New year sparks changes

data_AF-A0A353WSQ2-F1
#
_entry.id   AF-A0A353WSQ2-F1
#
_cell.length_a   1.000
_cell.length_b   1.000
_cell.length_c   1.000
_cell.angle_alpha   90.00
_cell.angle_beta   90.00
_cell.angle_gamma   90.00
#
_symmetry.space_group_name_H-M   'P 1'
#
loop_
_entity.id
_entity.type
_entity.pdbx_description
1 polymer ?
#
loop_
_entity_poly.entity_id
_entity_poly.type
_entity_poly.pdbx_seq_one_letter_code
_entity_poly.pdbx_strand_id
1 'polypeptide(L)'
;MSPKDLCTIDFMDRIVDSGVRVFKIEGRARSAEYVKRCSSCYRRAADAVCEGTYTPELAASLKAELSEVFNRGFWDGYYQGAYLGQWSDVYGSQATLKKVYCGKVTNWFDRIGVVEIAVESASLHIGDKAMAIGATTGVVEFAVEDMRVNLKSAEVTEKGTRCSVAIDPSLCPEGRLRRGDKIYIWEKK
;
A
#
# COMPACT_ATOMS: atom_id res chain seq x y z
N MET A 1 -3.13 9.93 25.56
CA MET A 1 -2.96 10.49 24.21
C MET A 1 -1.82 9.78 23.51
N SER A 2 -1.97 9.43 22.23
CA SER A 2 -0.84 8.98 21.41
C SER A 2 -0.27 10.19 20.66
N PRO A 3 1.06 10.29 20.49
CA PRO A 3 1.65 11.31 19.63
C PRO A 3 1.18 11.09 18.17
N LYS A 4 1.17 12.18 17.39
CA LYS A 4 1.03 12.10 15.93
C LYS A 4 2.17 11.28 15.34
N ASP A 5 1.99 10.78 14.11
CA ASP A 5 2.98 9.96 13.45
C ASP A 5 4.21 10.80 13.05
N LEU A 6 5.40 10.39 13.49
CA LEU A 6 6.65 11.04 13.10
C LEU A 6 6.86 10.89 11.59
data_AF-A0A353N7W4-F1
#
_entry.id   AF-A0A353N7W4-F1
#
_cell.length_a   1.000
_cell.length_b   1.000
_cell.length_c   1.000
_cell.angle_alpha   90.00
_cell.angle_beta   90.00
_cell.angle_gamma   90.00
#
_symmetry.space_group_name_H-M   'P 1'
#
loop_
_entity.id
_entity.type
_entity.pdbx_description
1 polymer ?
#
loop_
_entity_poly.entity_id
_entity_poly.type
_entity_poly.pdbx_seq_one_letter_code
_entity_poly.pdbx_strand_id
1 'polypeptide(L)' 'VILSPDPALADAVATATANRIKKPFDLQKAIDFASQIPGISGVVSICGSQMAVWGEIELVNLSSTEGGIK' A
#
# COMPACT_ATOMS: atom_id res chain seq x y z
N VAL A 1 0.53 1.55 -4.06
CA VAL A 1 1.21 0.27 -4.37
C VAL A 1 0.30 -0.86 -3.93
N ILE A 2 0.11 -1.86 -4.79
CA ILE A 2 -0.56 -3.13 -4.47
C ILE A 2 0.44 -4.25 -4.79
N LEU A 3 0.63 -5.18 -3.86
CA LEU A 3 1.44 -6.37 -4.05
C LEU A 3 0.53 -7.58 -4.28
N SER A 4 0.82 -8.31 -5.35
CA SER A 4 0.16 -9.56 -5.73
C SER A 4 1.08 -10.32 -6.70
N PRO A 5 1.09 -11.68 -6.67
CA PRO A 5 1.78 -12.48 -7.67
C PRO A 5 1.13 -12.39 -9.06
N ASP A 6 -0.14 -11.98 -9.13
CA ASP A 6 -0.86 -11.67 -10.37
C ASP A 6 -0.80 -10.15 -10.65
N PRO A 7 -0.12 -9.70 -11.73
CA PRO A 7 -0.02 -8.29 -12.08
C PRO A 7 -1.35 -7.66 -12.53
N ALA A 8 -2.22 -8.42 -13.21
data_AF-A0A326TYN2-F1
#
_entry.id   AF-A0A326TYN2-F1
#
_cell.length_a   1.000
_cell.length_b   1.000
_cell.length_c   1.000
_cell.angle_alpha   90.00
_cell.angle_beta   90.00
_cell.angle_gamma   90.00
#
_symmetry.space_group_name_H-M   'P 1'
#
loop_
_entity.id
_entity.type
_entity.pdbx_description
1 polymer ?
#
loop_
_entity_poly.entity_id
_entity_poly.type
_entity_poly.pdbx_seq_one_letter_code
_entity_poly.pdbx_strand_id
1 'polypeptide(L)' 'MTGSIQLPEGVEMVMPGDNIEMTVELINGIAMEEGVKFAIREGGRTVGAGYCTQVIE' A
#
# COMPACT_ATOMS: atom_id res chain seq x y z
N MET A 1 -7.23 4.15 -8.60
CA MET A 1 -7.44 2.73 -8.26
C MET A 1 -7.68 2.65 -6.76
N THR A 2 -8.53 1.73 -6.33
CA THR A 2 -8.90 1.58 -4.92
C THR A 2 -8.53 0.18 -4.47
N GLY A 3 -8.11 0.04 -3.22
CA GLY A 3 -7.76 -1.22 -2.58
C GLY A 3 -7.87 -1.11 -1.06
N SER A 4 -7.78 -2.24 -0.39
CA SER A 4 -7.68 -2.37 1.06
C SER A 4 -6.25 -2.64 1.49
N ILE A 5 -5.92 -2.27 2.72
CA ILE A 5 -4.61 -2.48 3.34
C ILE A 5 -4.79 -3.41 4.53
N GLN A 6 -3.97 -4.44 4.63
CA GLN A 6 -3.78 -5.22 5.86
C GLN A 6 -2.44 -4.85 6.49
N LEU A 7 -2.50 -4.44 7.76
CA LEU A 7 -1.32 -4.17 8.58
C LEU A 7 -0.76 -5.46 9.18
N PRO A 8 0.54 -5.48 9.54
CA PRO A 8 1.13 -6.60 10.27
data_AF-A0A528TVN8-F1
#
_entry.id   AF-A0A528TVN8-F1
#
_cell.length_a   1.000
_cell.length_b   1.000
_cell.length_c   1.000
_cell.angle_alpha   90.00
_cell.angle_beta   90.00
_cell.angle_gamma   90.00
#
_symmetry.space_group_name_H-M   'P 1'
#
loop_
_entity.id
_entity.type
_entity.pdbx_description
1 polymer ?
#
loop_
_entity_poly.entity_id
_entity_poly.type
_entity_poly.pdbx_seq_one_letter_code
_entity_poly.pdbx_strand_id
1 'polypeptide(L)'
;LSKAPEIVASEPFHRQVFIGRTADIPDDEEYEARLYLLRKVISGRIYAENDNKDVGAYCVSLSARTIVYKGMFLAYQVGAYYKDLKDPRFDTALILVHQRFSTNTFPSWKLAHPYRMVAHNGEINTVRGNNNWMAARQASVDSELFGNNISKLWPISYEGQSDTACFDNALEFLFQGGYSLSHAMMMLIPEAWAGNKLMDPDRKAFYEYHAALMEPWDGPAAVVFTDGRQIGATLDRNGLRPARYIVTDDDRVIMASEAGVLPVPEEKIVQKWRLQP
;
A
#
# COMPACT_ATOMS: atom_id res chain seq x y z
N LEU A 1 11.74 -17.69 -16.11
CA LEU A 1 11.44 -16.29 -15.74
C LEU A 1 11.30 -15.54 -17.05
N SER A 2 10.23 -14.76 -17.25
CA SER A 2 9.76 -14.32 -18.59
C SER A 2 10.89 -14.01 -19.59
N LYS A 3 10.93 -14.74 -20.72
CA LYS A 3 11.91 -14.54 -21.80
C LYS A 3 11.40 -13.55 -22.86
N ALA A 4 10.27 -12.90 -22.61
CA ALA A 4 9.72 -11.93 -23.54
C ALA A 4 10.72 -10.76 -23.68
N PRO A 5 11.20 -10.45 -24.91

For many people, resolutions are a fresh start — a way to change something that they were not happy with the year before. It may seem like everyone around you is talking about their resolution, but only about 40 to 45 percent of Americans make resolutions each year, according to a study at the University of Scranton. While making a resolution may seem like a good idea on Dec. 31, some may wake up Jan. 1 wondering if they can actually commit to doing what they resolved to do. According to the same research done at the University of Scranton, after the first week of making a resolution, 75 percent of people are still following theirs. This may seem like a large amount, but if one in four people only keep their resolution after a week, why make one, some may ask? After one month, 64 percent of people are still following their resolutions, and after six months, only 46 percent have kept their resolution. While it may seem like making resolutions isn’t that effective, resolutions give people a goal, something to strive for, according to the University of Scranton. Among the most popular resolutions for 2011 are the following: lose weight, be happy, save money, fall in love, read more and quit smoking, according to At the University of Vermont, students did not make the “typical” resolutions for 2011. While many people vow to go to the gym more, spend more time with friends and family and to quit bad habits, students, for the most part, had something different to say. Ten UVM students’ resolutions… 1) “To read the newspaper at least four times a week.”    — Isaac Geltzer, junior 2) “To be more active and eat healthier.”    — Marley Donaldson, junior 3) “Not to make a resolution so that I can’t break it.”    — Paige Gallivan, senior 4) “To read more books not for school.”    — Jeff Ulsh, junior 5) “To go to the gym at least twice a week.”    — Sam Golden, first year 6) “To get at least 8 hours of sleep each night.”    — Samantha Burns, junior   7) “To be more like Tom Brady.”    — Sam Wells, senior 8) “To actually do things I say I will and have been wanting to do.”    — Hannah Tannebring, junior 9) “To not change a thing, and to improve those around me.”    — Evan Perry, junior 10) “To be more spontaneous.”    — Alyssa Bucci, junior